Mike White showed he can execute the offense
Yes, Mike White showed he can execute the offense.
Saying this isn’t assuming that White will be Brady 2.0, but, instead, that he won’t be Luke Falk 2.0. White showed against New England that he will not hinder the development of the rest of the offense.
White is a smart quarterback who knows when to check the ball down and understands the offense’s rhythm.
As seen against the Patriots, it will be hard for him to play catch-up football, but if the Jets manage to keep games close, White can be a fine game manager.
If the Jets’ defense can go back to their form over the first four games, White might be able to keep New York in games – especially if the ground game works.
Watching Wilson play quarterback is a blast, as the BYU product is as talented as they come. But Wilson has missed some layups that, when the big picture comes into play, handicap the development of the entire offense.
Despite not being nearly as talented as Wilson, White can execute the routine throws of the offense. Those throws will inevitably put the Jets in good spots, allowing the offense to play in front of the sticks.
In NFL offenses, the drop-back/quick passing game is all about timing.
All things considered, Mike White could end up being the best of the Jets’ forgotten backup quarterbacks (Greg McElroy, Matt Simms, Bryce Petty, etc.).
Opportunity for improvement from Mike LaFleur
Yes, LaFleur has been bad.
But I can’t imagine how hard it is to be a first-year play-caller and have an overthinking rookie quarterback under center.
Wilson’s struggles have impacted LaFleur. The Jets’ OC has also entered an overthinking funk, which has led to hesitant play calling.
LaFleur is afraid to hurt Wilson with his play calls and just hasn’t allowed the game to flow naturally to him.
Mike LaFleur calling a better game for White bc he doesn't care.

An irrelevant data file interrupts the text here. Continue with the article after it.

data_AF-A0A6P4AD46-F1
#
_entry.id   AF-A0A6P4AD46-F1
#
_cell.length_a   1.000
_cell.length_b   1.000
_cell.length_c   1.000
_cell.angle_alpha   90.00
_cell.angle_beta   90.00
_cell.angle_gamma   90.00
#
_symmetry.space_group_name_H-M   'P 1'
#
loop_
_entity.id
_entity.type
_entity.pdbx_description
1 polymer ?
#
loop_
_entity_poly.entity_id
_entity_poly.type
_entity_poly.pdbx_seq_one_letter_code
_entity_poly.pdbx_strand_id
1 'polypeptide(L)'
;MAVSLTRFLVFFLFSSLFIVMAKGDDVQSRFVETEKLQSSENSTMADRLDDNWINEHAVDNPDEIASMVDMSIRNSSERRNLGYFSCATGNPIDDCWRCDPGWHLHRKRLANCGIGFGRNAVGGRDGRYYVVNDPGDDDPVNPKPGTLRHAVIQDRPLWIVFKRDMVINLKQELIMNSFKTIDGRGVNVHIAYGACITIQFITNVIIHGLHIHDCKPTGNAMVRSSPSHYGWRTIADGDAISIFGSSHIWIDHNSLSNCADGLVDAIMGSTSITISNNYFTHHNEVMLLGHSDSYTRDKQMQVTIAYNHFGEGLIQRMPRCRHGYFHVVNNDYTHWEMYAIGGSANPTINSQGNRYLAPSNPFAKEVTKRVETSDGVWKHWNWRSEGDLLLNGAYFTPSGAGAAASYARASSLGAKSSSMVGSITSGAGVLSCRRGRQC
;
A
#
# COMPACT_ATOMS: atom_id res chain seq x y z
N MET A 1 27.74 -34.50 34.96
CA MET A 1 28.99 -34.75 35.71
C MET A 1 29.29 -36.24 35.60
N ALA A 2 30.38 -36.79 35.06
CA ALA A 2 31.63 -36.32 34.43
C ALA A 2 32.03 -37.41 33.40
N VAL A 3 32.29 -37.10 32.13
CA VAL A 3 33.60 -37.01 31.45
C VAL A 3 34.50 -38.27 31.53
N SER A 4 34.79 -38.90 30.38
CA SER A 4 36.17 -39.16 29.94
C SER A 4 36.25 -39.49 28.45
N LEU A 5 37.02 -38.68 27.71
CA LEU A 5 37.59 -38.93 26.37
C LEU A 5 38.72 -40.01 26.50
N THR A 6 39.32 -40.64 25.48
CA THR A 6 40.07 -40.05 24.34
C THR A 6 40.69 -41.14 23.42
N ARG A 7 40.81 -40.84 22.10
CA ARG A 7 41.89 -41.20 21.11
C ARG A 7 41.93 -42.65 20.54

Just like Wilson is overthinking on the field MLF is clearly overthinking as a play caller.
Doesn't want to out Wilson on a bad spot and thats hurting him.
— Vitor (@VitorPaivaM) October 24, 2021
With Mike White, there are no second thoughts. LaFleur doesn’t feel like every play call can impact the quarterback’s confidence, so he just goes about his business.
In White’s first few drives – before the game was virtually over – it was clear that LaFleur trusted him. He called quick-game plays, drop back from under-center plays, and PA concepts. LaFleur threw everything at White, who handled it just fine.
Honestly, maybe a couple of games with a quarterback not named Wilson can do wonders for LaFleur. LaFleur and Wilson’s relationship needed a break so each one could learn more about itself so they could get back on track later.
I, for one, will be following the Jets’ upcoming games closely.
These two weeks without Wilson will say a lot about this staff’s ability to get the team ready to play despite the negative circumstances.
Can Saleh inject confidence in his players when everything is trending down?
For LaFleur, especially, the non-Wilson stretch will be telling. When Adam Gase lost Sam Darnold, it felt like the former Jets’ head coach game planned not to lose.
LaFleur now has a chance to do the complete opposite: Kick out the overthinking stuff and roll the offense with confidence.
Why not? The Jets have absolutely nothing to lose.